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Sales Activity Studies: A Sirius Perspective

December 18, 2017

By conducting periodic sales activity studies, organizations can verify that improvements are made and correlate these changes with sales productivity

Today’s b-to-b salespeople are expected to be as self-reliant as possible. In fact, companies spend millions on the latest technology and training to promote and enable independence. But are these investments really working? Are reps indeed more efficient, or are there activities that should be automated or performed by others? A sales activity study can help answer these questions, prioritize corrective actions and track the impact of changes. In this issue of SiriusPerspectives, we examine the concept of a sales activity study, link it to sales productivity and discuss common pitfalls to avoid when conducting the study.

Sales Activity Studies: The What

The origin of sales activity studies can be traced to the manufacturing world, where every aspect of a worker’s daily routine was closely monitored with a clipboard and stopwatch (more commonly known as a time-and-motion study) and then assessed for ways to increase productivity. The concept has been adopted with great success and used to determine the productivity of other job functions. For example, global transportation giant UPS used detailed driver time studies to develop innovations including reworking delivery routes into a series of loops to limit left-hand turns, save time and fuel, reduce emissions and increase safety.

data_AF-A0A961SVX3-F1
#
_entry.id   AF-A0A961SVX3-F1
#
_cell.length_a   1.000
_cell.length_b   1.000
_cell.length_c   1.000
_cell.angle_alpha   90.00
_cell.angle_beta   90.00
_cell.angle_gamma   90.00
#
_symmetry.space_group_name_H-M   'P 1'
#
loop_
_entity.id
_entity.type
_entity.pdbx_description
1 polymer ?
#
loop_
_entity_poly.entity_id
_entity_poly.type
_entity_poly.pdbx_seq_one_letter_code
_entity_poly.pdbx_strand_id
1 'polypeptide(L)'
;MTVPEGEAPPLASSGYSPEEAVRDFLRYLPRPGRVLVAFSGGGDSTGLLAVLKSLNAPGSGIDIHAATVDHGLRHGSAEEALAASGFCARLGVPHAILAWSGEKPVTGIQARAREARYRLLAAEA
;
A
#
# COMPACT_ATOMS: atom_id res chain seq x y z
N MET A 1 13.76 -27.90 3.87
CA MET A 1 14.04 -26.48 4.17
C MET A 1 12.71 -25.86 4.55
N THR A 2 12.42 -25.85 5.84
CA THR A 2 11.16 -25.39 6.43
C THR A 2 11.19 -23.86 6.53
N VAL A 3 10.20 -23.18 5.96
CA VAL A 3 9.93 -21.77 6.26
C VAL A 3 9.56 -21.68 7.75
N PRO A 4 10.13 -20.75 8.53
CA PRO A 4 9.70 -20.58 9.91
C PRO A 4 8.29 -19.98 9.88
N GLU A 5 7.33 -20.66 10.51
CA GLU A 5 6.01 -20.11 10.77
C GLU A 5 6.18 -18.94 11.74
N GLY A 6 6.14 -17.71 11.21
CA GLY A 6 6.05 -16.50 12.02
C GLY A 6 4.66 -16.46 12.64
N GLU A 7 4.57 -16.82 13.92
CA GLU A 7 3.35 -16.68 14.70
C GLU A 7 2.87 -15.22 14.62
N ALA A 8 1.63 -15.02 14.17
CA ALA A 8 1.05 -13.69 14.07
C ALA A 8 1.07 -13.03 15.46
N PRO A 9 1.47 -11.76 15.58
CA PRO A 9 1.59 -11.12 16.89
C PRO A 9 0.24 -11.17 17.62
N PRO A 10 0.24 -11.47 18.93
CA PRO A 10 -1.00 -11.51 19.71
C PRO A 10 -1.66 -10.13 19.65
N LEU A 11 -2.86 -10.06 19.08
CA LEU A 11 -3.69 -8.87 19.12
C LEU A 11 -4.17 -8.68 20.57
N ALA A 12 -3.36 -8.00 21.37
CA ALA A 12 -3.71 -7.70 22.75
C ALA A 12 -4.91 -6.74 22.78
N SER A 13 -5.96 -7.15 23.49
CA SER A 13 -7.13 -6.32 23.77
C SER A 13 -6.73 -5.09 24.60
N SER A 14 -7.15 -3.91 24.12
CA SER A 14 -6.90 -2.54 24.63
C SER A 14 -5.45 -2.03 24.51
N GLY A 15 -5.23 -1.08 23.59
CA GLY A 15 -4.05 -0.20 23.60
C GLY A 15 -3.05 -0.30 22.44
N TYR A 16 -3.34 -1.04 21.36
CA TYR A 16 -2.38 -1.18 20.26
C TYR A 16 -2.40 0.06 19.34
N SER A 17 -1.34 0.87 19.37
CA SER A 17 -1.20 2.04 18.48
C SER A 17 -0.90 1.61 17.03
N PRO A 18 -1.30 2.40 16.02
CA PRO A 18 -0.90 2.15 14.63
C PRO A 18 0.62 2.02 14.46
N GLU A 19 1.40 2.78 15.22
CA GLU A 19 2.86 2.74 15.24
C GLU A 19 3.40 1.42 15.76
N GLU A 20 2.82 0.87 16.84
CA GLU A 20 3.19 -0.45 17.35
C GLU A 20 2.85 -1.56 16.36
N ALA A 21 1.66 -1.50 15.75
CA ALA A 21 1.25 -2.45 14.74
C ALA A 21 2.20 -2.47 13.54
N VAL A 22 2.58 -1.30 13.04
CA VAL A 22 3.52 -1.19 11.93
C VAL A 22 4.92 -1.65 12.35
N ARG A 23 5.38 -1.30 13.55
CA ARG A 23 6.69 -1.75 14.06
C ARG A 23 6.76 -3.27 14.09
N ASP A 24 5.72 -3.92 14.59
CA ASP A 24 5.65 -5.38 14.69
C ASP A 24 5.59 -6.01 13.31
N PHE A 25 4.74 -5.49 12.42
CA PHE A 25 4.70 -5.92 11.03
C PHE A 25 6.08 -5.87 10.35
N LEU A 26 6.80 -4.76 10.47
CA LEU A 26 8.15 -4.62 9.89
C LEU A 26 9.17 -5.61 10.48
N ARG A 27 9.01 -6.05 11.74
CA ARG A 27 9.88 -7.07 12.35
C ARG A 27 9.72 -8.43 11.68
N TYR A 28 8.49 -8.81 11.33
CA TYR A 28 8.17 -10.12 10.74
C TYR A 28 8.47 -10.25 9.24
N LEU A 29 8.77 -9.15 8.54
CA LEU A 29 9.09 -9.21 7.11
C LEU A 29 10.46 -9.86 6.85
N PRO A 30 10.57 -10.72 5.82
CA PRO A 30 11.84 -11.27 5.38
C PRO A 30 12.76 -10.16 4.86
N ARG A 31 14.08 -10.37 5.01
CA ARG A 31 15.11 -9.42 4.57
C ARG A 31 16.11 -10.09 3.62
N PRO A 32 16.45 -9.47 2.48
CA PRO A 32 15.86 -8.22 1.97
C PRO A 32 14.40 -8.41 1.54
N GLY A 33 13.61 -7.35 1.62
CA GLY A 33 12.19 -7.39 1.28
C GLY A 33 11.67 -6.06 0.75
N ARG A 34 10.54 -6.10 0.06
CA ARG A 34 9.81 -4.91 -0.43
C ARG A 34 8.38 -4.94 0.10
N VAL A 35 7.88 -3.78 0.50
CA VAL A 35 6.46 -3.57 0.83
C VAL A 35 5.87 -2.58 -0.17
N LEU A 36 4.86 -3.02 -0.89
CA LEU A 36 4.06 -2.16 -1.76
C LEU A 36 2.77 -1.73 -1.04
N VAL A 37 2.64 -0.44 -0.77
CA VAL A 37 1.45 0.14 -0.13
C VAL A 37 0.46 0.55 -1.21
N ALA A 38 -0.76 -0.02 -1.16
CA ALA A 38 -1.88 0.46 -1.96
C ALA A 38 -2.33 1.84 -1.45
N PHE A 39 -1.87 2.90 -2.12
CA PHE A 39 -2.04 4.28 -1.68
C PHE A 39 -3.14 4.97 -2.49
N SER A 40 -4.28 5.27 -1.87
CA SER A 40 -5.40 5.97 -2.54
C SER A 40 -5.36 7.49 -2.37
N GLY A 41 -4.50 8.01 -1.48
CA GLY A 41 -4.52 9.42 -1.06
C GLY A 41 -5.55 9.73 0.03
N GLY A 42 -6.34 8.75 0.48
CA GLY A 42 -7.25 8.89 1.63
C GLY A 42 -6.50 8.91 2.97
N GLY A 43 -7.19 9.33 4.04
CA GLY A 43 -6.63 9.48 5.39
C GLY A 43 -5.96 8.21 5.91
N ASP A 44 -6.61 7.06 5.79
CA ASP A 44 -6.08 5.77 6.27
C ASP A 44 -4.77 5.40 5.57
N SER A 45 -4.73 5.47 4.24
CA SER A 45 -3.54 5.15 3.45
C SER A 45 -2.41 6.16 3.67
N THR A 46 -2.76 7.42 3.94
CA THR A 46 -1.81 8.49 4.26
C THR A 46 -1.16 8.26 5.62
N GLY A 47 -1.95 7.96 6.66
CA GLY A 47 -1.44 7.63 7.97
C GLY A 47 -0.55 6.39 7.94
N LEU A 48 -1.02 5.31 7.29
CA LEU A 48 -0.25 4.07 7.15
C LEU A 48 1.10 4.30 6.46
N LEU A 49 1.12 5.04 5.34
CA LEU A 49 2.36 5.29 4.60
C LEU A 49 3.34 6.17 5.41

Sales productivity is often measured in simple terms: the greater the revenue, the more productive the rep. However, the SiriusDecisions Sales Productivity Quotient measures sales productivity through five categories and 24 data indicators that correlate with revenue growth. Activity, one of the five categories in the Sales Productivity Quotient, measures the amount of time reps have spent on core selling activities (vs. non-selling activities) as well as the quantity of various types of interactions between sales reps and prospects or customers (e.g. meetings, interactions, calls, emails).